Pijul

Official Reporitories and Official History


#1

Thinking about tickets:

https://nest.pijul.com/pijul_org/pijul/discussions/77
https://nest.pijul.com/pijul_org/pijul/discussions/76

I think this is a more simple idea than these tickets. The idea is to define each branch as 2 components: the history and the patchset

  • The patchset is the set of patches currently included in the branch. Without “official” order.
  • The history is the sorted sequence of actions executed in the branch. Valid actions are:
  1. Add a patch to the patchset of the branch by recording or pulling/pushing it.
  2. Remove a patch from the patchset of the branch by unrecording or pulling/pushing it.
  • Every action realized in the branch is recorded in him history.

The benefits of having a history are:

  • The user can recover the exact patchset used in any time in the branch by position in the history. Then, by positions in the branch, in the official repository, we can identify any historical and official “snapshot” of source code.
  • Pulling and pushing can be implemented with complexity linear to the number of new changes in history (added/removed patches from the patchset) in the ideal case.
  • In the nest, when i wish to see the recent changes in any repository, i can see the recent changes in the history, that always is lineal, with immutable past. Without lost the flexibility in the patchset, that have no order.

#2

I edited the text, for more clarity. Sorry my English.


#3

The order in which patches are applied is already recorded, and will be used to make patchset fetching faster.

One tricky thing is that when you pull, you might have a different history, and have some of the patches, so different users with the same repository could have different histories (that’s a feature).

We don’t have official tags at the moment, but when we have them, you could make every patch a tag to share history (that’s the equivalent of a “commit” in git, except that patches behave better wrt merging).


#4

We already had this discussion before, but I really think there are two things to consider when we talk about patch ordering:

  1. Pulling only a subset of patches, then pulling the rest
  2. Pulling a set of patches

In 1. I agree it shall result in a different history and pijul effectively deals with this pretty good. In 2., however, I personaly expect pijul to keep the same patch order as the remote. Similary, there is actually an issue in the nest right now which made me think there were no activity since begining of June.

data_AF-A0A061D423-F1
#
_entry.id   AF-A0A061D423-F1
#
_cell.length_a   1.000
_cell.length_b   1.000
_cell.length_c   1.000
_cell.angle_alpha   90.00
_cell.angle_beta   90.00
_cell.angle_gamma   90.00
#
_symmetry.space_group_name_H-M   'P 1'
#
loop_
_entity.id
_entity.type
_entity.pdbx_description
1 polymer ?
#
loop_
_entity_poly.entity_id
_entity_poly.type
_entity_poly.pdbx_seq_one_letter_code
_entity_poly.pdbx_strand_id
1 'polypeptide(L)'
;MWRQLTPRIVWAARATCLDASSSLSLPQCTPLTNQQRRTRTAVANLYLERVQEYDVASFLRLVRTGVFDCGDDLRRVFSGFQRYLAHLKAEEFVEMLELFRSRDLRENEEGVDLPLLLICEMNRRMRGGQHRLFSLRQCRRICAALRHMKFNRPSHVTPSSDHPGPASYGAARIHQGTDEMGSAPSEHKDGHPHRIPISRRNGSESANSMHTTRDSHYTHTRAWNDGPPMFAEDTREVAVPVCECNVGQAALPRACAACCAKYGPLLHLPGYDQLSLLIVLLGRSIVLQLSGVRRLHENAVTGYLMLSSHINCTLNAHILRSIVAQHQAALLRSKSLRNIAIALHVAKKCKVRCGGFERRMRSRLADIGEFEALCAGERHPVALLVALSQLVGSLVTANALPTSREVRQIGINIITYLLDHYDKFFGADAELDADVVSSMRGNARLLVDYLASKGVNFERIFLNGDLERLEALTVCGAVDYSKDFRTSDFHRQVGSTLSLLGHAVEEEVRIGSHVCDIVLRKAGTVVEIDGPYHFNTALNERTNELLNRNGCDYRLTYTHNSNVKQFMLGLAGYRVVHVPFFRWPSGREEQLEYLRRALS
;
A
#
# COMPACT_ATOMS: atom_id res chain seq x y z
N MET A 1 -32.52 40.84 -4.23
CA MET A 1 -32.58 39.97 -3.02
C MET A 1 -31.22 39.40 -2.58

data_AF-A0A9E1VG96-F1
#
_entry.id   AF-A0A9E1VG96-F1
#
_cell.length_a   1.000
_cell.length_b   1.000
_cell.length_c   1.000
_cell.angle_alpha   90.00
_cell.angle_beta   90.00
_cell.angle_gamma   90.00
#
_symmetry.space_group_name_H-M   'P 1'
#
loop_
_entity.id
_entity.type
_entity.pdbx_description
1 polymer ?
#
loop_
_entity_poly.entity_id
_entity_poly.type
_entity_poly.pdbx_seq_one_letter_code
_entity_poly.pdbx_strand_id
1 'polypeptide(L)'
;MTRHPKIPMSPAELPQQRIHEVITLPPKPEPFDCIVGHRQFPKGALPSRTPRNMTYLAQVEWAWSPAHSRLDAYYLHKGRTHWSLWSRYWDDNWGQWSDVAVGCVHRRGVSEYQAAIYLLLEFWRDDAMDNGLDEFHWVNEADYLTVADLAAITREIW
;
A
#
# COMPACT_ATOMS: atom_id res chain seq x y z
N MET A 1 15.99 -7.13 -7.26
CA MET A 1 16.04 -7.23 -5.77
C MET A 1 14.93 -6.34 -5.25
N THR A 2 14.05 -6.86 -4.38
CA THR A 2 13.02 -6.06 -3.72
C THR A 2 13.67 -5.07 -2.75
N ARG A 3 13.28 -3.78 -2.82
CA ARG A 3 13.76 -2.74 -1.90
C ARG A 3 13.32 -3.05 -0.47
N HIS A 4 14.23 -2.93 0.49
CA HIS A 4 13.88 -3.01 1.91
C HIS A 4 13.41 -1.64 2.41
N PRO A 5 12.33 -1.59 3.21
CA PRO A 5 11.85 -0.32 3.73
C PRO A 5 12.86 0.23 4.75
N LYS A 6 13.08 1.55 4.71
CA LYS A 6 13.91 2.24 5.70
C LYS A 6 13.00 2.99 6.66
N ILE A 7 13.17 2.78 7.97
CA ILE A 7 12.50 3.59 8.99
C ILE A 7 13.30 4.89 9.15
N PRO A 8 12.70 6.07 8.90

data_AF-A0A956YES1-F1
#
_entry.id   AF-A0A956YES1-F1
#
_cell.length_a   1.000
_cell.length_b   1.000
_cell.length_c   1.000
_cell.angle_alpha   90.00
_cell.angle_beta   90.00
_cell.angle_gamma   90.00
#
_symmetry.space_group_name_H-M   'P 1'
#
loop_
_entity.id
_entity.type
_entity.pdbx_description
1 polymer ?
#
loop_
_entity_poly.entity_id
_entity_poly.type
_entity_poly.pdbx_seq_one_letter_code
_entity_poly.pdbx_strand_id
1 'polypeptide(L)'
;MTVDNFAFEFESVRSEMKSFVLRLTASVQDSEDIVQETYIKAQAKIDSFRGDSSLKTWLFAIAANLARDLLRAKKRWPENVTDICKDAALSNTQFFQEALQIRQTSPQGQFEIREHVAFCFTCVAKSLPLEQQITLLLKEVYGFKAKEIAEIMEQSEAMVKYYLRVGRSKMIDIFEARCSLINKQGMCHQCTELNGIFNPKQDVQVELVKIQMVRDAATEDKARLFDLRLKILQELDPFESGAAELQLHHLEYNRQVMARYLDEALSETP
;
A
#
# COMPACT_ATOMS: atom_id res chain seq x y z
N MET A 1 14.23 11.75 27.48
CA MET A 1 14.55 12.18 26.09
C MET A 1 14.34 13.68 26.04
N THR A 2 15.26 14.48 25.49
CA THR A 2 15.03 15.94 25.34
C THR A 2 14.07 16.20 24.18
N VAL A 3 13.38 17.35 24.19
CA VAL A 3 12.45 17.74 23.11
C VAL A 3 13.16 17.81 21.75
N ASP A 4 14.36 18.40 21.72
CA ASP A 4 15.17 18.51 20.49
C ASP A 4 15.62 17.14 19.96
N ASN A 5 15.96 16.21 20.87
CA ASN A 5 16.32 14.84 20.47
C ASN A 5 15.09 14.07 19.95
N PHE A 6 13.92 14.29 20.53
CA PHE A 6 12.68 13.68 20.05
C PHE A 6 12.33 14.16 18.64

The nest think might be specific to the nest and not pijul, but I know that when you clone a repo, you may get a different history order and I feel it is both confusing and unconvenient. I would love to help “fixing this issue” if we agree this is effectively an issue.


#5

I agree with you @lthms

But, i really would like if i can select a revision with a simple number in the history of the branch. That revision number identify the patchset used in that revision in that branch, in other branch can identify other patchset.


#6

It looks like @pmeunier has done some work about that. Thanks a lot for that!


#7

Alright, now patches should be in order again. The order on the Nest is still a bit weird because of old bugs in libpijul. These bugs are hopefully now fixed. I still have to clone all those repositories on the Nest to restore a consistent order for applied patches.


#8

Cool, i really like that. I question: can pijul have a history as a first class concept or that goes against the principles of pijul? The history doesn’t have to be inmutable really. Each revision represents changes to the patchset not to the files directly.

The history can use nested numbers in the revisions. Bazaar implements something similar. When i merge two branch, that results in a nested history, where i can see the remote history embedded in my own main history.

Example of nested histories in bazaar:

fmccann$ bzr log -n0

------------------------------------------------------------
revno: 2 [merge]
committer: Fred McCann <fred@bzrinit.com>